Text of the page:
We recommend that our customers treat themselves to the very best cut they can afford. An ideal cut diamond is absolutely spectacular.
Diamonds can be found in many body colors, from the colorless diamonds we are most familiar with to cool blues, feminine pinks, and warm, sunny yellows. Most diamonds are tinted slightly, usually light yellow or brown. More intense yellow and brown shades and all other hues are called “fancy” colors. A diamond of any color can be beautiful–especially if it is well cut–but different colored diamonds are not all valued the same. The most rare and most valuable diamonds are found with either the least or the most color. So, diamonds without any color at all or with intense, deep colors–like bright yellow–demand the highest prices. Very subtle differences in color can make great differences in value.
At Mardon we use the GIA system for grading diamonds. This system grades non-fancy diamonds from D to Z.
When a trained gemologist grades color they use specially controlled conditions of lighting and background and a set of certified diamond master stones to ensure the most accurate and consistent grade. A person’s color vision is greatly affected by how they are feeling, so at Mardon we try and grade color early in the day before we get tired.
A diamond in the colorless range–D, E, and F–will have a crisp, icy look and provide a perfect foil for the rainbow colors an excellent cut can coax from your stone. In the near colorless range–G, H, and I–diamonds will show no color face up, but have slight tint when viewed from the side or bottom. Some people prefer the colors further down the scale in the very light yellow range–J and K–for their warmer color. We advise Mardon customers to buy the best color diamond that they can afford because color is one of the most noticeable characteristics of your diamond to the naked eye.
Carat is the measurement of how much a diamond weighs. One metric carat is equal to 1/5 of a gram. Diamonds are not sold by millimeter size, but by how much they weigh. That is part of why the cut of your diamond is so important. You wouldn’t want to pay for a 2 carat stone that only looked face up like a 1.5 carat stone.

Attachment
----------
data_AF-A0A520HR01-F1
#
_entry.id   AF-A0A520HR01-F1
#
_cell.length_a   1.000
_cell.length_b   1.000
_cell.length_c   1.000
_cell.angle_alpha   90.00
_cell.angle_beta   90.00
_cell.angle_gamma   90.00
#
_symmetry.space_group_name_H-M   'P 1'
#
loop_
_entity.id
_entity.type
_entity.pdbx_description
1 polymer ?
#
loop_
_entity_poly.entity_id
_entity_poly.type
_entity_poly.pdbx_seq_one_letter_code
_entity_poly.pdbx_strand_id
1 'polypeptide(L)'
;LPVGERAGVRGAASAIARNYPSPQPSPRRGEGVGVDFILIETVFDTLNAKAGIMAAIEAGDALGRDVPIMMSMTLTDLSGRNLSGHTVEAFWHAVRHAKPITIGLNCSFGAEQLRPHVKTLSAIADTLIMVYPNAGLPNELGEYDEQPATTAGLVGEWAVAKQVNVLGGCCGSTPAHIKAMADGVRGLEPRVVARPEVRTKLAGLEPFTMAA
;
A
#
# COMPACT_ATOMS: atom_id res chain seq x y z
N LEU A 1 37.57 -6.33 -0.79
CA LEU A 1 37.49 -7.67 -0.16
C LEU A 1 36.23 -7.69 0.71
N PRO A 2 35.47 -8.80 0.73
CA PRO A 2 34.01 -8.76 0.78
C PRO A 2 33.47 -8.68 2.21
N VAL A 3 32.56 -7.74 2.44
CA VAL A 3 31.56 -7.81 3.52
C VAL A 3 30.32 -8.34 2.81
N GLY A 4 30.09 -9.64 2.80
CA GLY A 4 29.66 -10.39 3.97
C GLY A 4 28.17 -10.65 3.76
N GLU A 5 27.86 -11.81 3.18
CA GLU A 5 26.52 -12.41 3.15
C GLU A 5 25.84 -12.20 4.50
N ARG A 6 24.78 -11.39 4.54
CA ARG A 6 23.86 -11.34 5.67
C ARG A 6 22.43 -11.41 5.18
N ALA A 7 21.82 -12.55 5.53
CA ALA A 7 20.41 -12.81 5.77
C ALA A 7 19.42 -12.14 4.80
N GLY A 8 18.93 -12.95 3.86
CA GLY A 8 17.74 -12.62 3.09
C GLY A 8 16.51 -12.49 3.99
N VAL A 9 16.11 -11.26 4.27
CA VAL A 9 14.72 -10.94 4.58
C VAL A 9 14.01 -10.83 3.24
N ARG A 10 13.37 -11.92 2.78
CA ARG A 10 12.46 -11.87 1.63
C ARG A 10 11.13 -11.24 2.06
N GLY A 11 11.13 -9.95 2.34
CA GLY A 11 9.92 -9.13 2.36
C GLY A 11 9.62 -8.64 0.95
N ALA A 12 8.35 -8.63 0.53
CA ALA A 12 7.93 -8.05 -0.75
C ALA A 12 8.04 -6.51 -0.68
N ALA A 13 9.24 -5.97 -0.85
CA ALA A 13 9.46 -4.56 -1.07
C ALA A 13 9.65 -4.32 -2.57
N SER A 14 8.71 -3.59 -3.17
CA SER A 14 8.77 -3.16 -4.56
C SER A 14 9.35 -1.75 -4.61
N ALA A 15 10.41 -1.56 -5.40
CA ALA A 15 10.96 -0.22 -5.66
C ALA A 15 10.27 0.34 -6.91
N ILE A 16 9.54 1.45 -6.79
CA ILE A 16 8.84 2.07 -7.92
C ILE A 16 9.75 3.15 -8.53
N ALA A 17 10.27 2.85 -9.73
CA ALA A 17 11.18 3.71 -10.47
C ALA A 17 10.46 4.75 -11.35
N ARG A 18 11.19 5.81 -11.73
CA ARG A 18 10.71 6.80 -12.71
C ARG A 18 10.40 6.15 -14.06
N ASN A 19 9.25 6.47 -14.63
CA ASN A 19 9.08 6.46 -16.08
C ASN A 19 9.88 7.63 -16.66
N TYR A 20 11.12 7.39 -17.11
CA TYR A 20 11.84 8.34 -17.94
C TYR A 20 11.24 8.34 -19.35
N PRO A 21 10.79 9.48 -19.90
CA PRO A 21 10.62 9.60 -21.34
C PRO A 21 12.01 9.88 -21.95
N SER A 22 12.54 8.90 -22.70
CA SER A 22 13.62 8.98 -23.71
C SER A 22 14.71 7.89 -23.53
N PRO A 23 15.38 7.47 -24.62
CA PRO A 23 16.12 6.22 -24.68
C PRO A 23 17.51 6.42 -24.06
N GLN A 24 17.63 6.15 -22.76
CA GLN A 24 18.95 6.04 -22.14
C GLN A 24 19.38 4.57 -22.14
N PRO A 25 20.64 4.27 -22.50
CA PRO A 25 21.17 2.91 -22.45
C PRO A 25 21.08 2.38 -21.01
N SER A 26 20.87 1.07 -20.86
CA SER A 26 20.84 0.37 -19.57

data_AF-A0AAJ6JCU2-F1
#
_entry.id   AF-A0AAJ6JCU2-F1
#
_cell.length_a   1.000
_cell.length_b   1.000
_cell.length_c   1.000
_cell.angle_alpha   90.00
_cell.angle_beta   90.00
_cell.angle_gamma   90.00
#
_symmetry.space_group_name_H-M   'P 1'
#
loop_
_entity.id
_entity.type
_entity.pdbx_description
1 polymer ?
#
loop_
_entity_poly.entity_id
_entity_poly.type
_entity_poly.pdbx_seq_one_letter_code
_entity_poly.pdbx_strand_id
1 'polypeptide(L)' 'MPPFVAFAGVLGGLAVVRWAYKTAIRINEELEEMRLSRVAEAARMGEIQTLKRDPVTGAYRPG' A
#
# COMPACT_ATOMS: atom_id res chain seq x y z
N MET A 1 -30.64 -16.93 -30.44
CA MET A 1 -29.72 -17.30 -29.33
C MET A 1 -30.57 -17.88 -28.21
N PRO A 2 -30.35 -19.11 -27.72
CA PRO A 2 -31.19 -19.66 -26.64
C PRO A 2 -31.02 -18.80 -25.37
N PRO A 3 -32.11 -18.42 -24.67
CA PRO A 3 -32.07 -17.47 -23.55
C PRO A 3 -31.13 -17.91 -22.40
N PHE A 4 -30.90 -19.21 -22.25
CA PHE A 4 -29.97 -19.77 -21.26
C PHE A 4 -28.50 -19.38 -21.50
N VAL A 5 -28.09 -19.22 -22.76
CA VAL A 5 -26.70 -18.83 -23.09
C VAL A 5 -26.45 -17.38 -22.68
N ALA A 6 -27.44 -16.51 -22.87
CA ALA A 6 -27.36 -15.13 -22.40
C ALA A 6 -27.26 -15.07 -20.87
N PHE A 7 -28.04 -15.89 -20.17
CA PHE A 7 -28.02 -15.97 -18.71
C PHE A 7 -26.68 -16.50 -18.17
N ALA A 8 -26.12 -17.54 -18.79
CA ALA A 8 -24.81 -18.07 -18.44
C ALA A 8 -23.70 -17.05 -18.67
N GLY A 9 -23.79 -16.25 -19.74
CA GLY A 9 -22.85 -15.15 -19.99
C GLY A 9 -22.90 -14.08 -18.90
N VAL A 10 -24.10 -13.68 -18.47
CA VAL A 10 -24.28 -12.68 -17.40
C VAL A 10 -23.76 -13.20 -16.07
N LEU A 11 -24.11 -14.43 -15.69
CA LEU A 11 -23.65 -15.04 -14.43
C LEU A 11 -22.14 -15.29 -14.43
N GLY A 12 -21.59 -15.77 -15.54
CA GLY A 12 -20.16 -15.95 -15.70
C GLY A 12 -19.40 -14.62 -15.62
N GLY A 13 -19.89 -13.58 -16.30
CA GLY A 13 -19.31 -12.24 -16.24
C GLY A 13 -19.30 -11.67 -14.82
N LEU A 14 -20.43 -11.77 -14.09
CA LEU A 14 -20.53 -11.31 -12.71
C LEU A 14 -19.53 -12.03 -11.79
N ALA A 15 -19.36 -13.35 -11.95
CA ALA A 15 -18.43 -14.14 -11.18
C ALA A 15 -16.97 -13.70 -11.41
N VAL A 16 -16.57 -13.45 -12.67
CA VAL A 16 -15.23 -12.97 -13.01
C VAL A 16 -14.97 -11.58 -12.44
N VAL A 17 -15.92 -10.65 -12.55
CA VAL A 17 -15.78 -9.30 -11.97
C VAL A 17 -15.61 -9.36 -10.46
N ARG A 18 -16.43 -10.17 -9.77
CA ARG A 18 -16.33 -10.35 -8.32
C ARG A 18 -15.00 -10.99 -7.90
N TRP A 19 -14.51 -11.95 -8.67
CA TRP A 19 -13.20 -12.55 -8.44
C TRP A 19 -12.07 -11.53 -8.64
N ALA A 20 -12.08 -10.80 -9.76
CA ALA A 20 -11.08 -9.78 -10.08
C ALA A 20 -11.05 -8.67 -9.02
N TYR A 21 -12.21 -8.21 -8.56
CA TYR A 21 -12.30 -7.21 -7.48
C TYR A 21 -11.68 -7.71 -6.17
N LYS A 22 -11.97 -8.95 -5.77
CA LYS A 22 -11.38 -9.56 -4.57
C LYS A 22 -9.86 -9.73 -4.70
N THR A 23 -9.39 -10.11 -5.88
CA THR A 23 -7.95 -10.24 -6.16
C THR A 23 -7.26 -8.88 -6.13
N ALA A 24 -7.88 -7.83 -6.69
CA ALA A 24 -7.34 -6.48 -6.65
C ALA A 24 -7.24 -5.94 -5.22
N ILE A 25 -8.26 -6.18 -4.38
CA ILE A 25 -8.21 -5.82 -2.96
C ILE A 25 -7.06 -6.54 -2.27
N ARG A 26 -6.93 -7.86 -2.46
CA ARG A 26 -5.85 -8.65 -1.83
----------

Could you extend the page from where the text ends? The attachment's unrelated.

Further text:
Because finding one large rough diamond is harder than finding many smaller rough diamonds, as a diamond gets bigger it gets more expensive per carat. So, a one carat diamond can cost twice as much as two half carat stones, even though they are both one carat total weight. Diamonds also have price increases at important numbers, so a full one carat diamond will cost much more than a .99 carat stone, all other things being equal. For your best value, ask us at Mardon about buying a stone a little lower than any of the “Magic Diamond Numbers.
The Bonus C - Certification
Many diamonds today are sold with "Grading Reports," which are certificates from a professional diamond grading laboratory. These provide detailed information about the stone's weight, clarity and color grades, and provide a plot that maps the inclusions in the stone. Unfortunately, not all diamond certificates are created equal - some gemological labs have more lax standards and practices. We recommend diamonds certified by either GIA or AGS to our customers, as these labs are considered to be among the best in the business.